A blog from our Director, Lorraine Bridges

I want journalists and PRs to get along.  Not just get along, but collaborate, share ideas, respect and celebrate each other’s professions.  I see the view from both sides; working for The Guardian, and Sunday Times, and other national publications, early on in my career. Then latterly moving into PR and communications, where I’ve worked for more than 18 years. And it’s a path increasingly well-trodden, as journalists branch off to bring their skills to agencies and in-house teams across the UK. Their contacts increasingly a prized asset. But PRs too will high five as they pass on their way into the newsroom, hungry for another challenge.  And this shouldn’t be surprising, as there is much that unites us.  An eye for a story, excellent communication skills, creative, highly flexible and resilient, hardworking, tenacious, the list goes on.

Yet recently the atmosphere between us feels febrile, and Twitter has become a battleground.  Threads and counter threads about what someone has done wrong, what they haven’t done right.  Dredging up the past and fanning the flames of grudges long-held.  There’s no point getting into a he said/she said debate.  We’ve all seen them, and people are hurt by them.  Not least the individuals who are often easily identifiable. In a time of intense human suffering, a sense of humanity has somehow been lost.  Our capacity for simple kindness seems reduced.  Have we really become too busy, too bothered, by the exchange of basic pleasantries?

There’s a lot of other stuff that unites PRs and journalists, that is far more worrying – and that is poor mental health. Over 89% of PR professionals have struggled with their mental wellbeing in the past 12 months and 59% of PRCA members feel their workload and having too much to do is their biggest cause of stress.  Covid is understandably hurting journalists too, causing anxiety and depression worldwide, as recently reported in a Reuters study. While the NUJ’s website states that stress is the biggest health and safety issue affecting workers in the media sector.  We work in a high pressure environment, and we often thrive on it. But when that becomes relentless, unforgiving and dialled up a notch, we suffer.  And right now that pressure is real, and indeed relentless. And that is also the case for our clients.  Those in retail, hospitality, leisure and travel all badly damaged. Although frankly, who hasn’t been adversely affected by this awful situation?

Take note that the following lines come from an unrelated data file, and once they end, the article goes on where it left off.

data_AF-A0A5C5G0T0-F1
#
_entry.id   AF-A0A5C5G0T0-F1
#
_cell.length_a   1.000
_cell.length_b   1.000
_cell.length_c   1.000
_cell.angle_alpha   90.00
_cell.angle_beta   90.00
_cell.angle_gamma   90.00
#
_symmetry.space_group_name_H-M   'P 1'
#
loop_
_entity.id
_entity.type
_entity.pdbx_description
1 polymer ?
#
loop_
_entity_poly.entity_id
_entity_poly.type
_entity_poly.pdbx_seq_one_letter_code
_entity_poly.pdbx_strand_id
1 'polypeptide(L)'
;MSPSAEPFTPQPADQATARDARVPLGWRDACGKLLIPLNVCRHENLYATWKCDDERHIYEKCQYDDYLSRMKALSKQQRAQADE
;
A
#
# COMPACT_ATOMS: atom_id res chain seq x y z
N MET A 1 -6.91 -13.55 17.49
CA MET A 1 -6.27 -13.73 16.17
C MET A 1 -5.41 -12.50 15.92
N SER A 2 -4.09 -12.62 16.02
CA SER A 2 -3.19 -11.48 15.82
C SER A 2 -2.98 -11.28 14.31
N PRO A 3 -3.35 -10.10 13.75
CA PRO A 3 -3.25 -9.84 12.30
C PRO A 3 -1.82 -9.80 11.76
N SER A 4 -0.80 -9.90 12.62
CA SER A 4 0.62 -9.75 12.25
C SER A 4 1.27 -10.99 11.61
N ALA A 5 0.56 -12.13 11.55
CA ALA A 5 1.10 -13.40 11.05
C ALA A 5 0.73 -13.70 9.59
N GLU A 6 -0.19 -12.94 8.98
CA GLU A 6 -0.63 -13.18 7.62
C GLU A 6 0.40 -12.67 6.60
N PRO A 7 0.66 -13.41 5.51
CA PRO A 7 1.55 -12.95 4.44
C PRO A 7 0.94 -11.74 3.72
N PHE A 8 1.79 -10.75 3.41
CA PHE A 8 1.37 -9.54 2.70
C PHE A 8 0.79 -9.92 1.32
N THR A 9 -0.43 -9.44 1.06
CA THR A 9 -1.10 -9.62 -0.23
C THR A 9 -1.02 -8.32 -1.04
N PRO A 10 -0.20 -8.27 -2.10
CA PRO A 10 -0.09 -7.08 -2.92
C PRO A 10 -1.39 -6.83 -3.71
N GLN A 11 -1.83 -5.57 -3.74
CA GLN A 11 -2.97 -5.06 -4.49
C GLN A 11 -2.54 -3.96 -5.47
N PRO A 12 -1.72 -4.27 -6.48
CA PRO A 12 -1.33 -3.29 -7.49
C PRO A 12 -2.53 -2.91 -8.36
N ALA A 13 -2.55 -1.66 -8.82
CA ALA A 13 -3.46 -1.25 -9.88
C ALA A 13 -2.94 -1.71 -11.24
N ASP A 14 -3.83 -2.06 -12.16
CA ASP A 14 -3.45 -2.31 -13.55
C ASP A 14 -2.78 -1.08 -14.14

Much has been made of PRs sending pitches that are ill advised, badly researched, impersonal, rude and downright wrong.  I don’t doubt it. I agree that doing the basic research should be a basic requirement for any PR campaign.  But I also see the signs of PRs struggling. Fighting for daylight in the ever-raging storm of a pandemic, clients more desperate for coverage, the shadow of targets and the quest for creativity on tap. Journalists too, bending under the weight of commercial pressures.  Falling advertising revenues, endless web pages to fill, disconnected newsrooms and job insecurity. It’s monumentally crap all round.

So, in the midst of all this, I ask for a bit more calm, a lot more understanding and a lot less jumping onto social media to vent our frustrations.  Because although it’s an outlet we take comfort in and turn to for validation, it can harm and it does. At the end of the day it’s just someone trying to do their job, and sometimes they fall. But haven’t we all. This is a need for better training, more listening, an end to impossible targets and much more support for PRs starting out.  But for recrimination, no. Collaboration is what we need and if we can’t come together our professions will both be poorer for it.

Lorraine Bridge